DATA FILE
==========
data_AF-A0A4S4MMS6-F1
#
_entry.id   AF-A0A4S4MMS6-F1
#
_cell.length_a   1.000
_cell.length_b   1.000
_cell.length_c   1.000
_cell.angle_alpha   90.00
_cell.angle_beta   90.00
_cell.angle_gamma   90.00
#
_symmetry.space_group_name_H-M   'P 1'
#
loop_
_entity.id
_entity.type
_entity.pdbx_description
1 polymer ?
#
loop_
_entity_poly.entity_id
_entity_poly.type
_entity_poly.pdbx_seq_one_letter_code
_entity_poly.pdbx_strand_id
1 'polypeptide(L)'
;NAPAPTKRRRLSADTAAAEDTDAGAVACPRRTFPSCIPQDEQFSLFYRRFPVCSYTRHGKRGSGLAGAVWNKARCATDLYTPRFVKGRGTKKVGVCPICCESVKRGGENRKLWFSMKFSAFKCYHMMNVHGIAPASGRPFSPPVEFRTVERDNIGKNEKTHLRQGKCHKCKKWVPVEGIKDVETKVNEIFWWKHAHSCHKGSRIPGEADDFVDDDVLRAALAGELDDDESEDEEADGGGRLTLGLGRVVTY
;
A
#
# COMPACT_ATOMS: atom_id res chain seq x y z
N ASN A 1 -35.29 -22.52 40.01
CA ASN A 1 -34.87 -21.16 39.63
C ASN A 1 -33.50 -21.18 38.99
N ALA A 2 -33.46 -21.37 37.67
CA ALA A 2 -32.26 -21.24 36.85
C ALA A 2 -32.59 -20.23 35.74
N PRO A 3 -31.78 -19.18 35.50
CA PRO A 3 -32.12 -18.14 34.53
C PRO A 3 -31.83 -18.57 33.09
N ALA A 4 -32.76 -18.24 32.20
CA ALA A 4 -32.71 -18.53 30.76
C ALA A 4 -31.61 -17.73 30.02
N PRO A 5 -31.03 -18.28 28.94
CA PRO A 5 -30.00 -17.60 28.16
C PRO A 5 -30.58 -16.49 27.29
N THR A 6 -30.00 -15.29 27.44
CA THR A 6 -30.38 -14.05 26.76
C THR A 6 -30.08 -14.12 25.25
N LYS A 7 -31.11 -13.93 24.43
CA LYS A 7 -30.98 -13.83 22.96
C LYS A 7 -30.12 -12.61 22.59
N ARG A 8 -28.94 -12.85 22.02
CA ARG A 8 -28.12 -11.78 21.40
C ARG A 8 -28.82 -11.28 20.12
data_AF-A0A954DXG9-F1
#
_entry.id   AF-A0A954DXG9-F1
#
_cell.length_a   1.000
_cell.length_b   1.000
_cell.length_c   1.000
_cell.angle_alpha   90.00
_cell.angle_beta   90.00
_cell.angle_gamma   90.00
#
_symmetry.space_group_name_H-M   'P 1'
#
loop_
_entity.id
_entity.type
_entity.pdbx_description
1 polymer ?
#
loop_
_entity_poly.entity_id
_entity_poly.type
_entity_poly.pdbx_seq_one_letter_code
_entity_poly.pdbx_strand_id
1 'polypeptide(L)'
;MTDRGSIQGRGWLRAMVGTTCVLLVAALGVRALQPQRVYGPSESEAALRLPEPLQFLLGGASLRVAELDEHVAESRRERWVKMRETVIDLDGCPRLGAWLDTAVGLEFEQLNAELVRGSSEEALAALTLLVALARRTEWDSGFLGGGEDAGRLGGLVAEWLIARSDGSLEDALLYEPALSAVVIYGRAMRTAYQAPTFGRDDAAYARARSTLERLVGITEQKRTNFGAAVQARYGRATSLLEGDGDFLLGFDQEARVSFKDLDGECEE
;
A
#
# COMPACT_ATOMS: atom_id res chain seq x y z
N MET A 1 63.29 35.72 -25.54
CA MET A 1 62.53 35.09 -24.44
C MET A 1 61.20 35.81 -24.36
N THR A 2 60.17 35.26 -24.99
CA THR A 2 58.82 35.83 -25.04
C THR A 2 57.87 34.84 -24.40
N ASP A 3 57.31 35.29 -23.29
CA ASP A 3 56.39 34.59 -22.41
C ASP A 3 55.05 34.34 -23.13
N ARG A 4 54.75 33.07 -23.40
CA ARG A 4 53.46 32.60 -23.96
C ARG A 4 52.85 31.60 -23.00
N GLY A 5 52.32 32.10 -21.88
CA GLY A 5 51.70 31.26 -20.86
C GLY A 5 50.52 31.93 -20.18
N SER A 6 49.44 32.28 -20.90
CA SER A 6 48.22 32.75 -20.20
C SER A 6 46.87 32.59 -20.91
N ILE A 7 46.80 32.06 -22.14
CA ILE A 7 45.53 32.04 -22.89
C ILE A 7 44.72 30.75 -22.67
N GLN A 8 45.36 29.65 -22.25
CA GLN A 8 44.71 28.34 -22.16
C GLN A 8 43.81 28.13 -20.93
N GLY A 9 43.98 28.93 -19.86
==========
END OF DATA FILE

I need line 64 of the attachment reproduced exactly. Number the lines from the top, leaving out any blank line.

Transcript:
_cell.angle_gamma   90.00